Success with Honor: Katie Schoepfer
Nov. 3, 2009
By Michelle Turli, Penn State Athletic Communications Student Assistant
Katie Schoepfer may show her love for the game on the soccer field, but on the sidelines, she spends her time showing her pride in and love for the community by volunteering to help others.
For Schoepfer, helping children in the community has been a number one priority.
"You want kids in the community to have a positive role model," said Schoepfer. "It's important for kids to have someone to look up to and to realize that they can achieve coming to a school such as this one."
Schoepfer's career goals involve working for a nonprofit organization that works with at-risk children, children with emotional or behavioral problems. Her major in human development and family studies, with a focus in adolescence, is helping her to further this ambition.
"I want to work with these kids and help them figure out alternative outlets for their negative energy," said Schoepfer. "I want to teach them how to channel this energy into education, sports, art or other things they may be passionate about."
Schoepfer began working with children in her hometown of Waterford, Conn. She credits her high school coach, Rob Brule, for encouraging her to coach children at local camps and to give speeches about the importance of excelling both on the field and in the classroom.
"I talk to children about my experiences growing up, about having a dream, chasing it, and ultimately achieving it," said Schoepfer.
This encouragement followed Schoepfer to Penn State where her coaches insisted the players each take a few hours out of their day to work with a youth program or spend time with children. This positive direction was no trouble for Schoepfer, as such encouragement reinforced her already existing beliefs about the importance of acting as a role model for children.
"I love working with kids, hanging out with them and doing fun stuff," said Schoepfer. "It's a rewarding experience, but at the same time, I don't do it for that feeling; I do it because I enjoy doing it. I enjoy being with kids."
Through SAAB, the Student-Athlete Advisory Board, Schoepfer has worked with The Second Mile, a nonprofit organization committed to helping young children achieve their potential as both individuals and members of the community, since her freshman year at Penn State. Schoepfer's favorite part about Second Mile is the holiday party held each December, where student-athletes donate money and clothing to host a party for children of the Second Mile Program.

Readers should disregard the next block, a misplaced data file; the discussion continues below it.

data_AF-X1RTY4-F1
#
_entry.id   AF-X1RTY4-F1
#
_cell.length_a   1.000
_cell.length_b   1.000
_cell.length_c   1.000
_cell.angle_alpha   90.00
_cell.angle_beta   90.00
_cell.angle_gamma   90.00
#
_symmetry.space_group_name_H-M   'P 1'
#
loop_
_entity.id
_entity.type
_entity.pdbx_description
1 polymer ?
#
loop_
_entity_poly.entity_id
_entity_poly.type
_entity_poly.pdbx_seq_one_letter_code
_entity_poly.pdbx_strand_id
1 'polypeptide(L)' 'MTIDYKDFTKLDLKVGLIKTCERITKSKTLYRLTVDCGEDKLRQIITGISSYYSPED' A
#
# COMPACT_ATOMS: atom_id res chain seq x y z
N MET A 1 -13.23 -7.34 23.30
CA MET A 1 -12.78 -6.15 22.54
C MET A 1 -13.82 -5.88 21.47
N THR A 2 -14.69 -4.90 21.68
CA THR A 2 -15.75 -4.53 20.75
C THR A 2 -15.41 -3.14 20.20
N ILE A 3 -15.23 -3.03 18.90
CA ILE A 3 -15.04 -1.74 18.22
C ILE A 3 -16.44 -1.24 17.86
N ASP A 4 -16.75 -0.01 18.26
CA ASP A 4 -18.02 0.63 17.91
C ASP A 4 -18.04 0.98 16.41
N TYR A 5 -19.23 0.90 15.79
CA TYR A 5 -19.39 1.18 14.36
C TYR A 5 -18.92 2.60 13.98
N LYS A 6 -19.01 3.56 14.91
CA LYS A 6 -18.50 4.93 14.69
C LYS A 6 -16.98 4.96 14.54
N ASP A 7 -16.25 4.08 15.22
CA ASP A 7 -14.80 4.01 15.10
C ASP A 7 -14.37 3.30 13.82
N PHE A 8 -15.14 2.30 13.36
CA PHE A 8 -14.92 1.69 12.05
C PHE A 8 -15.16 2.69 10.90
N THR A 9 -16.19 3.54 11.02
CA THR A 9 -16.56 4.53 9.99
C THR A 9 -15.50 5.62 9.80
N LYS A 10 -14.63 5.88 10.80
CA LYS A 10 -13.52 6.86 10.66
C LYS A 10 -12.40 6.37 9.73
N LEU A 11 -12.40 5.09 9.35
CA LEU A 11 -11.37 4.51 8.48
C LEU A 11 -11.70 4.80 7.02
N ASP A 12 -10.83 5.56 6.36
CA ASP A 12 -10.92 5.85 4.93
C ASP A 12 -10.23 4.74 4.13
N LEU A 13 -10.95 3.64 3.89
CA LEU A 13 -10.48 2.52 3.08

"It is really just about getting to know the kids and sharing life experiences with them while hearing about some of their own," said Schoepfer. "You sit with the kids and make Christmas cards for local residents, talk to them and learn about their lives. It's something our team looks forward to every year."
Each team buys and wraps a gift for a Second Mile child and the excitement for Schoepfer and many other student-athletes comes from watching each child receive one.
Aside from The Second Mile Program, Schoepfer and her team also work with The Centre Soccer Association and local youth soccer programs. Schoepfer helps run soccer clinics in the spring or helps out at weekend events. The team teaches children about the game of soccer and in return, gets to hear these children shouting their names on the sidelines of their Penn State collegiate games.
"I think it started out as one of those things where we wanted to expand our fan base, but turned into something we do just because it means a lot to these kids," said Schoepfer.
The Penn Pal Program, which enables student-athletes to correspond with students of local school districts, is also another way for Schoepfer to work with children in the community.
"I know they get excited to talk to me about their weekend or about what is going on in their lives," said Schoepfer. "They feel connected to something and I know that is important to any child."
Schoepfer, along with other athletes involved in the program, shares her insight on topics such as the importance of an education, goal-setting and the benefits of staying involved. The children collaboratively write letters to the athletes and highly anticipate their responses.
Additionally, Schoepfer and her teammates volunteer with THON, Penn State's IFC/Panhellenic Dance Marathon dedicated to conquering pediatric cancer. For her past three years at Penn State, at least one of her teammates has participated in the event as a dancer. Schoepfer and the team participate in the "athlete hour" portion of THON, where they set up a sports event and encourage children to come have some fun.
This event, along with the other community activities Schoepfer partakes in, gives her the chance to do what she loves most--working with children and takimg the time to help others.
"I think that especially at a school such as this one, where State College really follows athletes and athletic programs, athletes are a little more looked up to," said Schoepfer. "I think it is important for anybody to take time out of their day to help others, or to help children, but it is especially important for athletes. It truly means so much."